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Dynamic Chiropractic – July 29, 2002, Vol. 20, Issue 16
Dynamic Chiropractic
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Dynamic Chiropractic

Taking It to the States

By James Edwards, DC

We can breathe a huge sigh of relief now that the American Chiropractic Association (ACA) has succeeded in getting the U.S. Department of Health and Human Services to rule that physical therapists cannot deliver the chiropractic benefit under Medicare. More importantly, Secretary Tommy Thompson's Operational Policy Letter (www.amerchiro.org/images/jan15_2002_letter.jpg) can be used in state legislatures across the country to help ensure that untrained persons are not allowed to practice chiropractic by correcting subluxations.

The issue of manipulation by PTs has long interested me. While reviewing the subject in 1995, I discovered a flaw in the Kansas Medical Practice Act that resulted in Kansas Attorney General Opinion 96-12, stating that Kansas MDs were not statutorily authorized to perform this service, they, of course, cannot delegate or prescribe the procedure for PTs to perform.

Since that time, I have been contacted by chiropractic representatives from over 30 states requesting assistance in crafting statutory language that would protect the public from untrained persons performing manipulation. As a result, several states have introduced "manipulation" bills; a few, like Tennessee, have successfully enacted good bills into law.

The major problem in crafting legislative language of this type concerns the "manipulation-versus-adjustment" argument. If you preclude others from performing adjustments, PTs will just call them something else and continue thrusting into joints. If you just preclude others from performing manipulation, some in the profession feel you have not really protected the chiropractic adjustment.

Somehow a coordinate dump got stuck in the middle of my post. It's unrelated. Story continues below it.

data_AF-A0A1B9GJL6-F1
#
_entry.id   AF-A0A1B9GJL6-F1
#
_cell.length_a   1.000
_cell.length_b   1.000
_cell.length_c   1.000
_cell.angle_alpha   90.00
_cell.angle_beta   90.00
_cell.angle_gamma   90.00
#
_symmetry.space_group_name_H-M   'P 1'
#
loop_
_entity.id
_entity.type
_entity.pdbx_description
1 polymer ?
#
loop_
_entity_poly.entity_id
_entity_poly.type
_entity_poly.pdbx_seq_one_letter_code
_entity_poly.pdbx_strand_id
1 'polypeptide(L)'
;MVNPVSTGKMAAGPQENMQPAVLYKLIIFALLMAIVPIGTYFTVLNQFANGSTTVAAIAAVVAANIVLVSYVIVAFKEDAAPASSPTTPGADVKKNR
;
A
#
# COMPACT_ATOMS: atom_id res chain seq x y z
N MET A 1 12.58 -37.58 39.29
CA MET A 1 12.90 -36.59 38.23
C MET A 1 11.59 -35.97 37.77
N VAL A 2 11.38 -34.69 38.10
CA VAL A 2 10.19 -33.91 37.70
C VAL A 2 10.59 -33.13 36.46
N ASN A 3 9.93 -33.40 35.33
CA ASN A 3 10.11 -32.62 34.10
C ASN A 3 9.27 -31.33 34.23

Until recently, I didn't think there was a solution to this problem - until I reviewed New Jersey Senate Bill 2693. After reading it, I was truly amazed that the answer was so simple: Preclude others from performing both manipulation and adjustments.

In my opinion, the New Jersey bill is the Magna Carta of manipulation/adjustment, and is nothing short of a masterpiece. It allows only MDs, DOs and DCs to perform "manipulation" and allows only DCs to perform "adjustments." Therefore, no matter what you call it, if a person thrusts into a joint, he or she had better be a DC, DO or MD. And if that person represents the thrust as an "adjustment," he or she had better be a DC.

The language in SB 2693 is sheer brilliance. I commend its creators for finally drafting a bill that covers all the bases, and most importantly, protects the public. I also wish them the best in their efforts to get it passed. To assist chiropractic associations at the state level, I have reworded the New Jersey language into the following "model bill" that can easily be modified for individual state use.

The American Chiropractic Association has ensured that physical therapists cannot perform manual manipulation to correct a subluxation under Medicare. It is time to fight this battle at the state level. Should you have any questions, or if I can assist in any way, please contact me at the email address at the bottom of this article.